Although this is mainly a historical website, today I’m hoping to bring the public’s attention to Alvaro Orozco, who had his refugee claim rejected because he couldn’t prove he’s gay.
Orozco figured out his sexuality early, and fled his native Nicaragua — where homosexuality is illegal and anti-gay violence rampant — at the age of 12. He headed for an Francisco. He details his adventures on his website. Suffice to stay, his reception when he got to the United States was not warm — he spent most of his teenage years in government institutions, or under the protection of religious groups (who did not know he’s gay).
Orozco finally reached Canada, hoping for a better reception. Sadly, our one-person refugee board — Deborah Lamont — decided she didn’t believe Orozco was gay based on a videotaped interview. She pointed out that he can’t prove he’s gay. She did not say what she’d consider adequate proof.
Under a law passed several years ago under the Liberals, refugees have the right to an appeal if they are rejected. Problem is, neither the Liberal nor Conservative governments bothered to set up an appeals board, so Lamont’s decree is the law unless the Minister for Citizenship and Immigration, Diane Finley, gets involved. She has the authority to grant him a Minister’s Permit — a special exception.
The NDP’s Olivia Chow has gotten involved in the fight to keep Orozco from going back to a country where he risks jail time or worse, as has former Liberal House of Commons leader Bill Graham. Graham has been deeply involved in the fight, and even provided Orozco a place to stay. But only Finley can help Orozco at this point.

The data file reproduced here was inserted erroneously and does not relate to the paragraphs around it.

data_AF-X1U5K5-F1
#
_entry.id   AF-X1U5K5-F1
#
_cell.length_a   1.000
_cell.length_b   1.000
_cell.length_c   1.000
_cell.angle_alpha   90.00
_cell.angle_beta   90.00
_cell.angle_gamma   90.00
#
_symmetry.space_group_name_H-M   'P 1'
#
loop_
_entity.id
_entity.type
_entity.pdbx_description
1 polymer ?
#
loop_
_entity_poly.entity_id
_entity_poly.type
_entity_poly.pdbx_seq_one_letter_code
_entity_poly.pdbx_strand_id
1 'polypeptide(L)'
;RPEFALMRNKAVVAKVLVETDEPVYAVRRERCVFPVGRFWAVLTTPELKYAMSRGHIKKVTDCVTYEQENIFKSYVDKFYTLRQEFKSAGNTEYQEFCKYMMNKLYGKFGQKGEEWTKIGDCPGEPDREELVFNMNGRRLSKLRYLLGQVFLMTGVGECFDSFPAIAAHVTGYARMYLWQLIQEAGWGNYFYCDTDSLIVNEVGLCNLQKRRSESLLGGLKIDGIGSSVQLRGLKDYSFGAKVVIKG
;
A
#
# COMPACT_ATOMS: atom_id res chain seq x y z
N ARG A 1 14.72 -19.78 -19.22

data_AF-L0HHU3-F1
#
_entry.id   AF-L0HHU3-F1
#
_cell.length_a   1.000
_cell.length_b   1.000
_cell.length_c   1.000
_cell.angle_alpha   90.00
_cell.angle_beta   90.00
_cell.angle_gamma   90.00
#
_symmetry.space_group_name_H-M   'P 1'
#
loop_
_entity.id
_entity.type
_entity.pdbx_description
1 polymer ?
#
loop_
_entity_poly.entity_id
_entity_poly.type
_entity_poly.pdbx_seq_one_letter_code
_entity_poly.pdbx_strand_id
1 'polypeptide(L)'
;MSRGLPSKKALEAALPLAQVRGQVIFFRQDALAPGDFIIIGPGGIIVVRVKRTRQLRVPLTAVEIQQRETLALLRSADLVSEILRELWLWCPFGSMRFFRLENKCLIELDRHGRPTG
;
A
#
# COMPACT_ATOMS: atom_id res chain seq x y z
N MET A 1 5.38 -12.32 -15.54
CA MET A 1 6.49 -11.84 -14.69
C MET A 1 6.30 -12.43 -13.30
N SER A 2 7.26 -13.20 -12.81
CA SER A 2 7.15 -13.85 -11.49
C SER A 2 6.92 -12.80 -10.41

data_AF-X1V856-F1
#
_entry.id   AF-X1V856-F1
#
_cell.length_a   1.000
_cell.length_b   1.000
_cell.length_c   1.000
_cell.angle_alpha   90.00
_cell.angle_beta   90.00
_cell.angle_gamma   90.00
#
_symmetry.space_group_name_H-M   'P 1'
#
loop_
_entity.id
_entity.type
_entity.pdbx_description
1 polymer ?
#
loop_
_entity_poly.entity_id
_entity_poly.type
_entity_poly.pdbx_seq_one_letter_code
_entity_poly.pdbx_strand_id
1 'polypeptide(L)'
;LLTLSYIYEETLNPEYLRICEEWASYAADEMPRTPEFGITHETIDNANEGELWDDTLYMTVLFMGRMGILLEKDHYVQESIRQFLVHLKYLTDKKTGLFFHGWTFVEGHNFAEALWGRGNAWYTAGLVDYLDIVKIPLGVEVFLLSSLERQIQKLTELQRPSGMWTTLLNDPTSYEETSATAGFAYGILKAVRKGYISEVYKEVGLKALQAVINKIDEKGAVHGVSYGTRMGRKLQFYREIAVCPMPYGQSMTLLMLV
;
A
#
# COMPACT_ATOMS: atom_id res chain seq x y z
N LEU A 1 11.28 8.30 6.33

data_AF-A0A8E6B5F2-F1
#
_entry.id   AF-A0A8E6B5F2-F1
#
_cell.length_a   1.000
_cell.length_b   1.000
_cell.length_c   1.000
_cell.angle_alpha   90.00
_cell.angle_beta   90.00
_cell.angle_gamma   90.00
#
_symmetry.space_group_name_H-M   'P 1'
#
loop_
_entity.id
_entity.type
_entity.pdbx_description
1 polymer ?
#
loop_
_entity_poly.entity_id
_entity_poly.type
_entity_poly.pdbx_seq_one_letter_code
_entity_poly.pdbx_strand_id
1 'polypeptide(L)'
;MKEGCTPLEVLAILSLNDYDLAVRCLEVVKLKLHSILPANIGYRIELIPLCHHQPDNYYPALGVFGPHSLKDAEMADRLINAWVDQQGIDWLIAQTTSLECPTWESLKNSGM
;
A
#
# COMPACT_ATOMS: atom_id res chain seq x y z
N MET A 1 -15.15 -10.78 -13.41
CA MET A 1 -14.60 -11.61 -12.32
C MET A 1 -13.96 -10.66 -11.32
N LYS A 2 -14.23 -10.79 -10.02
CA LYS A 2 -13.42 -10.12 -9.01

Now to my point: We’re trying to set up a letter-writing campaign, urging Immigration Minister Diane Finley to personally intervene to keep Alvaro Antonio Orozco Hurtado (immigration Client I.D. Number: 5489-8782) in the country, and grant him refugee status.
You can write to the minister, postage-free, at:
The Honourable Diane Finley
Citizenship and Immigration Canada
House of Commons
Please take the time to write the letter. If Finley believes this is an important issue for people, she may be willing to grant that Permit, especially if she expects it to influence the vote next election.
UPDATE: Alvaro Orozco went into hiding when his claim was rejected. Since then, Lamont has rejected a gay Malaysian man who suffered violence at the hands of police, and a gay El Salvadoran who suffered harassment and sexual abuse at the hands of police in his own country. Gareth Henry — the Jamaican gay activist — is still before the board, but given the IRB’s atrocious record on GLBT refugees, it’s anyone’s guess if he’ll be accepted.